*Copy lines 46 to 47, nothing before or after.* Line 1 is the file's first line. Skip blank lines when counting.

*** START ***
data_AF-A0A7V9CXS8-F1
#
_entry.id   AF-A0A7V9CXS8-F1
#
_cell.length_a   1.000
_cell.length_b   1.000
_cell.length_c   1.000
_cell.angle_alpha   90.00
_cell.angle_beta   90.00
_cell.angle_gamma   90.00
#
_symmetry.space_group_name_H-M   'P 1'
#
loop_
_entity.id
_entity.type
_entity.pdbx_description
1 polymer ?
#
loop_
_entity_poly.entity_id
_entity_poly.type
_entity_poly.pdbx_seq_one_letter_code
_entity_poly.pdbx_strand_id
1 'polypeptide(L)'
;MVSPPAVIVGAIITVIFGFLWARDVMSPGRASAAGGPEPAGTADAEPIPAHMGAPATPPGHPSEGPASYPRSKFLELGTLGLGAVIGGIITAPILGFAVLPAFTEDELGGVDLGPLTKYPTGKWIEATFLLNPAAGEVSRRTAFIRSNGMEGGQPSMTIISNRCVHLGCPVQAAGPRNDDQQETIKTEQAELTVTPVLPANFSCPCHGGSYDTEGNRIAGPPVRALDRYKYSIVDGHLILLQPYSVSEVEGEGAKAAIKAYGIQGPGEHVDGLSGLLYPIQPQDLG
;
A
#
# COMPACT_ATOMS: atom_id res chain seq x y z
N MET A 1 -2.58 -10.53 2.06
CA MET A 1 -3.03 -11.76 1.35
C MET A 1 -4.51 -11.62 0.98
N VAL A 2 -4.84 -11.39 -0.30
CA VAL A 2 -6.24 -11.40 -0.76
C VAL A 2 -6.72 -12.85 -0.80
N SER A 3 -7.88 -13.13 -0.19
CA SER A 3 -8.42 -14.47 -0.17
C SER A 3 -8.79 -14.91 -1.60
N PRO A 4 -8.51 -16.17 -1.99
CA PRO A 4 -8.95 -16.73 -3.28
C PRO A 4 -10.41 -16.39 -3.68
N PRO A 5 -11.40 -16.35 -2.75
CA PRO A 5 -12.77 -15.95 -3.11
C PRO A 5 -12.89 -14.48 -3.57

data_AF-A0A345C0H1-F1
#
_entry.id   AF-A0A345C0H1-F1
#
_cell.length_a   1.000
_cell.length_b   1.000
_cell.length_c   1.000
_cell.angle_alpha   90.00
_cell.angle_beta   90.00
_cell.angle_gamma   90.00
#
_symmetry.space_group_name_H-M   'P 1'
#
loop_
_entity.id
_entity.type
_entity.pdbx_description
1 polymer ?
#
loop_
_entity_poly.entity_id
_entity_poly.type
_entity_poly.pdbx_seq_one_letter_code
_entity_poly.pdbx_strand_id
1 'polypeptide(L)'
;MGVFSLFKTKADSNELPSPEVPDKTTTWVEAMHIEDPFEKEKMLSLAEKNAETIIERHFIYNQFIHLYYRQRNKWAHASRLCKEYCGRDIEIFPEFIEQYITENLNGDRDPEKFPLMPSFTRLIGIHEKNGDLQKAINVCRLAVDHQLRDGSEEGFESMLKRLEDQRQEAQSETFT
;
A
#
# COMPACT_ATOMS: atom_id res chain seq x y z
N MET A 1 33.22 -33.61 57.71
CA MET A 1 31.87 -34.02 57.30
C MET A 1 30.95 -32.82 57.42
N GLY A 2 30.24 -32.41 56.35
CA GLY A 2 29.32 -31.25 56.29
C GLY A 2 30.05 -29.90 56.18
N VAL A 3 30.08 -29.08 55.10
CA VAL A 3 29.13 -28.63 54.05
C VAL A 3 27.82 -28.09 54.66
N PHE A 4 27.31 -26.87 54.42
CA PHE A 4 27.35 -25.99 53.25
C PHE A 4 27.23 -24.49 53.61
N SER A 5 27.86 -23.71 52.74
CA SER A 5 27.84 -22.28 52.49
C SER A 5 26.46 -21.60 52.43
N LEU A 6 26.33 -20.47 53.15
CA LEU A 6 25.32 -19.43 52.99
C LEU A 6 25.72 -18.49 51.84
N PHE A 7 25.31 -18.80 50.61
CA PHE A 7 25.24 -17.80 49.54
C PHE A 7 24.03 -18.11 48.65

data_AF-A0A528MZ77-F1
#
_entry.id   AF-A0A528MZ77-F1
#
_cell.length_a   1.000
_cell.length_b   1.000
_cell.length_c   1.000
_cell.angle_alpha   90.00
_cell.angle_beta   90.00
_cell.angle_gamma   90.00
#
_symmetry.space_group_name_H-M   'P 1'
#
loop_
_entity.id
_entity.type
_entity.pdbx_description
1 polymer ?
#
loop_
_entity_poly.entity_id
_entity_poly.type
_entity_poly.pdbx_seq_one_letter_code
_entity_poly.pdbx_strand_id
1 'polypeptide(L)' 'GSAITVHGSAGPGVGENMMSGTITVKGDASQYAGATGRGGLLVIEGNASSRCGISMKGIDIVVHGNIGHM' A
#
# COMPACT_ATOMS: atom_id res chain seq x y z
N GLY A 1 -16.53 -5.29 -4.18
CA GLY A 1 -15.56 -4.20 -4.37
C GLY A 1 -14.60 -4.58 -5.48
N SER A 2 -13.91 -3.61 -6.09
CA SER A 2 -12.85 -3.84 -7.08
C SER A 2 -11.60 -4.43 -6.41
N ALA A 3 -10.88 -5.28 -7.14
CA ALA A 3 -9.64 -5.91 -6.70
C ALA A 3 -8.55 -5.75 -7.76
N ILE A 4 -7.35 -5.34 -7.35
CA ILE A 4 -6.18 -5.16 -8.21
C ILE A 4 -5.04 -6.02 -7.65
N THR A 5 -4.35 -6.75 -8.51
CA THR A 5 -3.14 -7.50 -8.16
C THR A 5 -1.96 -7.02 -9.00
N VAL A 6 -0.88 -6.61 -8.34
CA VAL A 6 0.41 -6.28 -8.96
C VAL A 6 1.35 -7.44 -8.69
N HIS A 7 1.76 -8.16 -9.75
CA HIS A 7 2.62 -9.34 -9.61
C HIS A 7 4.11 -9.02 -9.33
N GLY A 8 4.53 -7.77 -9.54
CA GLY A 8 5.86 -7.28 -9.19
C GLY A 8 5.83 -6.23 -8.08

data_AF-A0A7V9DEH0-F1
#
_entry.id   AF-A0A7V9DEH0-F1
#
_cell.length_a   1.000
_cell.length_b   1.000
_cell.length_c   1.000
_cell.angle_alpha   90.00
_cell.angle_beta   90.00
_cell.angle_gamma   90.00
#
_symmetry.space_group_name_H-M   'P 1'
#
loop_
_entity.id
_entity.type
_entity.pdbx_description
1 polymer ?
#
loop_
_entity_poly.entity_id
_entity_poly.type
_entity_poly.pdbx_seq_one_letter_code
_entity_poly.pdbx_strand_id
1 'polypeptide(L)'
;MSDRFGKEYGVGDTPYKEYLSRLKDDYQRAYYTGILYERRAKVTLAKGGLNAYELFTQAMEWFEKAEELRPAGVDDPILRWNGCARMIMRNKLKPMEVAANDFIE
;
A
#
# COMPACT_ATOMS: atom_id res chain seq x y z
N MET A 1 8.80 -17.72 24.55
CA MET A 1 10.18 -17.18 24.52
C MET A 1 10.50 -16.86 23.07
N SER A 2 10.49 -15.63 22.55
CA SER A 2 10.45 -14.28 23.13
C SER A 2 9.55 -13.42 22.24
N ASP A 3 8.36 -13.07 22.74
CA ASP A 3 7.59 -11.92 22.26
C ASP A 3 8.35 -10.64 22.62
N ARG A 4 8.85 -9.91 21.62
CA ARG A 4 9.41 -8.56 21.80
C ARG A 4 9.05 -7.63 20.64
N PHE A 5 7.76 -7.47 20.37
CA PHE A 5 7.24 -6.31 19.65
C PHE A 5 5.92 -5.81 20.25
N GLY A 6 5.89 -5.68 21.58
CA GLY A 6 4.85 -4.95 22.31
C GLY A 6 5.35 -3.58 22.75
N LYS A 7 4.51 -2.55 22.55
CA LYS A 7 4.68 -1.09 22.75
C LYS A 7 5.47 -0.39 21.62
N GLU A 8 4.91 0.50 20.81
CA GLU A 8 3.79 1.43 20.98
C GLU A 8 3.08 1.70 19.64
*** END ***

data_AF-A0A345C0H1-F1
#